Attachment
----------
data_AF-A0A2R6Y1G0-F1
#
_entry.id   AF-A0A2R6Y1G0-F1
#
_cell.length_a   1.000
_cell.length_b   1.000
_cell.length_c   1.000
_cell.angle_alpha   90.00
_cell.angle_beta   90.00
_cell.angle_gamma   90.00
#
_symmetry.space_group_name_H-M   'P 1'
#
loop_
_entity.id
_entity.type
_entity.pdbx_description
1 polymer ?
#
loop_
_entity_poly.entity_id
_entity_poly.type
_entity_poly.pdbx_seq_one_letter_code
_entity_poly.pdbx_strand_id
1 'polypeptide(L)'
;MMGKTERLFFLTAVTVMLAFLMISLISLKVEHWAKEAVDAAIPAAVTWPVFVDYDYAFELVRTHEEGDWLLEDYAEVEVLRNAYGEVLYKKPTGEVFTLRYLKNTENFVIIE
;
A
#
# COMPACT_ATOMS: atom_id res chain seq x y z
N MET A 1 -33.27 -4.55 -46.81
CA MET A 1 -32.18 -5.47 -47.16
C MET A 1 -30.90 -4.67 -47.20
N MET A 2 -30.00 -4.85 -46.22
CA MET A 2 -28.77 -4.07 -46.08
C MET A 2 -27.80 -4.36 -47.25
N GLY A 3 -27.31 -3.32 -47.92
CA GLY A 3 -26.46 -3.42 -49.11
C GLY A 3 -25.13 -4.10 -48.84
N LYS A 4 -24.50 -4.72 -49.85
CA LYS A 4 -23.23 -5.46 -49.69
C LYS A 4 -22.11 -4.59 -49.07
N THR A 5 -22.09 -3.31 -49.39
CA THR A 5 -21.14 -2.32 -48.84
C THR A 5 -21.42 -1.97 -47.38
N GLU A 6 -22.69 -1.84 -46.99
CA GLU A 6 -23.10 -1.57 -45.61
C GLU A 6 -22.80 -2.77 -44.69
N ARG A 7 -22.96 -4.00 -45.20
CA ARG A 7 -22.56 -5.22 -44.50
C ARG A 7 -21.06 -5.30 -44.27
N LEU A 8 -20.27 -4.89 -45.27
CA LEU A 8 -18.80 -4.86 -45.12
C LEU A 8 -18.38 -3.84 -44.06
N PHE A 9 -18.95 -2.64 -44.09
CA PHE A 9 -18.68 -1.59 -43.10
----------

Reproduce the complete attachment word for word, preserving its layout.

data_AF-A0A2R6Y1G0-F1
#
_entry.id   AF-A0A2R6Y1G0-F1
#
_cell.length_a   1.000
_cell.length_b   1.000
_cell.length_c   1.000
_cell.angle_alpha   90.00
_cell.angle_beta   90.00
_cell.angle_gamma   90.00
#
_symmetry.space_group_name_H-M   'P 1'
#
loop_
_entity.id
_entity.type
_entity.pdbx_description
1 polymer ?
#
loop_
_entity_poly.entity_id
_entity_poly.type
_entity_poly.pdbx_seq_one_letter_code
_entity_poly.pdbx_strand_id
1 'polypeptide(L)'
;MMGKTERLFFLTAVTVMLAFLMISLISLKVEHWAKEAVDAAIPAAVTWPVFVDYDYAFELVRTHEEGDWLLEDYAEVEVLRNAYGEVLYKKPTGEVFTLRYLKNTENFVIIE
;
A
#
# COMPACT_ATOMS: atom_id res chain seq x y z
N MET A 1 -33.27 -4.55 -46.81
CA MET A 1 -32.18 -5.47 -47.16
C MET A 1 -30.90 -4.67 -47.20
N MET A 2 -30.00 -4.85 -46.22
CA MET A 2 -28.77 -4.07 -46.08
C MET A 2 -27.80 -4.36 -47.25
N GLY A 3 -27.31 -3.32 -47.92
CA GLY A 3 -26.46 -3.42 -49.11
C GLY A 3 -25.13 -4.10 -48.84
N LYS A 4 -24.50 -4.72 -49.85
CA LYS A 4 -23.23 -5.46 -49.69
C LYS A 4 -22.11 -4.59 -49.07
N THR A 5 -22.09 -3.31 -49.39
CA THR A 5 -21.14 -2.32 -48.84
C THR A 5 -21.42 -1.97 -47.38
N GLU A 6 -22.69 -1.84 -46.99
CA GLU A 6 -23.10 -1.57 -45.61
C GLU A 6 -22.80 -2.77 -44.69
N ARG A 7 -22.96 -4.00 -45.20
CA ARG A 7 -22.56 -5.22 -44.50
C ARG A 7 -21.06 -5.30 -44.27
N LEU A 8 -20.27 -4.89 -45.27
CA LEU A 8 -18.80 -4.86 -45.12
C LEU A 8 -18.38 -3.84 -44.06
N PHE A 9 -18.95 -2.64 -44.09
CA PHE A 9 -18.68 -1.59 -43.10